Yet Wilson was still conflicted, because she was diagnosed with polycystic ovarian syndrome (PCOS) at 21. The majority of women with the condition are overweight or obese.

While Wilson’s breakout acting roles built around plus-sized characters in “Bridesmaids” and “Pitch Perfect” propelled her to stardom, her weight remained a heavy burden in her private life by complicating romance and breeding insecurity. “Being a big person, you also must face the fact that when it comes to dating, first impressions matter,” she wrote. “Being overweight was a barrier preventing me from truly being intimate with people.”

As light-hearted as Wilson took her weight on screen, the conflict was a primary theme throughout the book. At one point she reflects on a time she wondered whether to remain apathetic about her size to save her Hollywood reputation or commit to being fit.

In fact, she had to forfeit a publicity contract for losing weight with Jenny Craig to play Fat Amy in “Pitch Perfect.” After she dedicated 2020 to a “Year of Health” so she could have a baby, she writes about grappling with the apparent contradiction between fame over fitness in the bathtub after a performance at the Oscars’ February award ceremony.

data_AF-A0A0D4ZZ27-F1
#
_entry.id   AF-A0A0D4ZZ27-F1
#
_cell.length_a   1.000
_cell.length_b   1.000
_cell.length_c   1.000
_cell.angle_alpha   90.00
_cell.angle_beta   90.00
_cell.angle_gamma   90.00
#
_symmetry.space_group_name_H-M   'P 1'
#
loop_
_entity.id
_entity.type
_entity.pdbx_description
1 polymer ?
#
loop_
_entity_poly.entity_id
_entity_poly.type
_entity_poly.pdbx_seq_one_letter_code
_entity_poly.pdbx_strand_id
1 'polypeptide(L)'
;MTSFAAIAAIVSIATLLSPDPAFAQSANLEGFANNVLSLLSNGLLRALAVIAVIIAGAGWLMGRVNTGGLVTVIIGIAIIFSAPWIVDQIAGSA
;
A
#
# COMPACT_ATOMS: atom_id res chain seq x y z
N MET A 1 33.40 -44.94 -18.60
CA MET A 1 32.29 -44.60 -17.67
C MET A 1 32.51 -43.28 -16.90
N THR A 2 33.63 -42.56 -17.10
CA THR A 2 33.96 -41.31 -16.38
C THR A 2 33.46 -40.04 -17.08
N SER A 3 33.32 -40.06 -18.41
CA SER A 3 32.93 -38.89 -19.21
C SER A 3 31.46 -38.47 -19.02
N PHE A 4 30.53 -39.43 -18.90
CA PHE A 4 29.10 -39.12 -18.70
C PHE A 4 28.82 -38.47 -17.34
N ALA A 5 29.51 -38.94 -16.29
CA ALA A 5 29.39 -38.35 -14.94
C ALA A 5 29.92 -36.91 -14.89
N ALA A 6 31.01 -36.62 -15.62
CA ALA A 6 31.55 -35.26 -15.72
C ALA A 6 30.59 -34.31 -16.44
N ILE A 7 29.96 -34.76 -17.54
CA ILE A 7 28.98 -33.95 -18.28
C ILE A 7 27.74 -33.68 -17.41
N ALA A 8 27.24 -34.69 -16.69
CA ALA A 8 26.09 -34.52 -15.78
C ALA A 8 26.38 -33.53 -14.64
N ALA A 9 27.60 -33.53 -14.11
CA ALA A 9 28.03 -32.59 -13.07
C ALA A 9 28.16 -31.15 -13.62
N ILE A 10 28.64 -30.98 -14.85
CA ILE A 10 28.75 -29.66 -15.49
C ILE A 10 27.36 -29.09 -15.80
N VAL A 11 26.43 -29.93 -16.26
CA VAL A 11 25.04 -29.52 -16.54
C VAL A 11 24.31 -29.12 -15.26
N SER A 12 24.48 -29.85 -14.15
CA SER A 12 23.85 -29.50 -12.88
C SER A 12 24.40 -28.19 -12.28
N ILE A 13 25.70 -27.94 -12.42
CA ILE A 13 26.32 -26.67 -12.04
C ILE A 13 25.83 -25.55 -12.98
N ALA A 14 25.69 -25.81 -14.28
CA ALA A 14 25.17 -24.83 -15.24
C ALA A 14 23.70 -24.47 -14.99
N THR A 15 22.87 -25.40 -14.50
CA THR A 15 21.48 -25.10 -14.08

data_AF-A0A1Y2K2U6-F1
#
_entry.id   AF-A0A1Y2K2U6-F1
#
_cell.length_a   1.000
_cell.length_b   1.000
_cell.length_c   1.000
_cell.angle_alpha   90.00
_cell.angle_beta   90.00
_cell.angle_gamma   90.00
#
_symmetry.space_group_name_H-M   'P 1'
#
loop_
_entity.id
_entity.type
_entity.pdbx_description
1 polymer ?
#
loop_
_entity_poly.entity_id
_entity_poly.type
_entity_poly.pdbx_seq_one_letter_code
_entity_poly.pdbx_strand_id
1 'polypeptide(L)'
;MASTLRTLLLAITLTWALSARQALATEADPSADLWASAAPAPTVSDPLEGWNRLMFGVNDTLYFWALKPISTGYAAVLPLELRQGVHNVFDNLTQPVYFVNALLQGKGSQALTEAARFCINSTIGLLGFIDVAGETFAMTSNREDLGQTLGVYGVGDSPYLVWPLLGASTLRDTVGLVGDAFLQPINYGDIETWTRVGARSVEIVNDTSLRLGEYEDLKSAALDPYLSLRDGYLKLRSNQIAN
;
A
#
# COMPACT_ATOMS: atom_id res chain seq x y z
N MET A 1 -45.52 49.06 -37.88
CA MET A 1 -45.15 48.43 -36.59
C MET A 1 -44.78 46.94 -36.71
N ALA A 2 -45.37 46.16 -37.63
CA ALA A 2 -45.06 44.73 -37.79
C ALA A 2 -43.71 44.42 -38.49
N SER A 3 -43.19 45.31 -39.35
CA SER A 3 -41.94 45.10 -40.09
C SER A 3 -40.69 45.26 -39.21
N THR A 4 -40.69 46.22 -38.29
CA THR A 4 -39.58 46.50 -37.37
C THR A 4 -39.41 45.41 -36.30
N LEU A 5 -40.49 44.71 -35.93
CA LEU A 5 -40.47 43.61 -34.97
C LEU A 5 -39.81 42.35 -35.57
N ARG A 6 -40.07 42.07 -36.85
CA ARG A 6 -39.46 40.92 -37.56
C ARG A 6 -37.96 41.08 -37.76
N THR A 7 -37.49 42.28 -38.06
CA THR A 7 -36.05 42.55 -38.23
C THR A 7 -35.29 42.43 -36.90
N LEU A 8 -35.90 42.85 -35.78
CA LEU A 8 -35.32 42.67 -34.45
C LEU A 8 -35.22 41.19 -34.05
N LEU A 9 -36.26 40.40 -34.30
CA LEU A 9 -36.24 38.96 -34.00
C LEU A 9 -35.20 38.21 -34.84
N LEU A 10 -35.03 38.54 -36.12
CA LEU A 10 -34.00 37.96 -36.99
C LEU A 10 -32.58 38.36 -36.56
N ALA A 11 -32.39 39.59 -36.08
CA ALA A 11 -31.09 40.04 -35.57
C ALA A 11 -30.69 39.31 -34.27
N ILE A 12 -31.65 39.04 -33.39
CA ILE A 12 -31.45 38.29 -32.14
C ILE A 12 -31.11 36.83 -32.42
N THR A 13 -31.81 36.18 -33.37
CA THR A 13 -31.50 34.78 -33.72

“I think to myself, ‘I’ve made it. I really have made it.’ And then the thoughts creep in. ‘Maybe I should just stay the fat Rebel Wilson that everyone knows and loves,’” she said. “What if my weight loss costs me my career?”

Wilson got her answer with the success of “Senior Year” on Netflix, a cheerleading comedy she starred in after she lost a significant amount of weight. “Eight-nine million unique Netflix accounts watch it within the first ten days of release,” she wrote. “It’s a global hit! I think I’m fine.” Yet doubts remain.

“I still wonder,” she added, “am I going to be less interesting?”

Wilson says she’s struggled with a sugar addiction. That’s all too familiar to the tens of millions of Americans who resonated with the Australian actress for embracing her plus-size profile.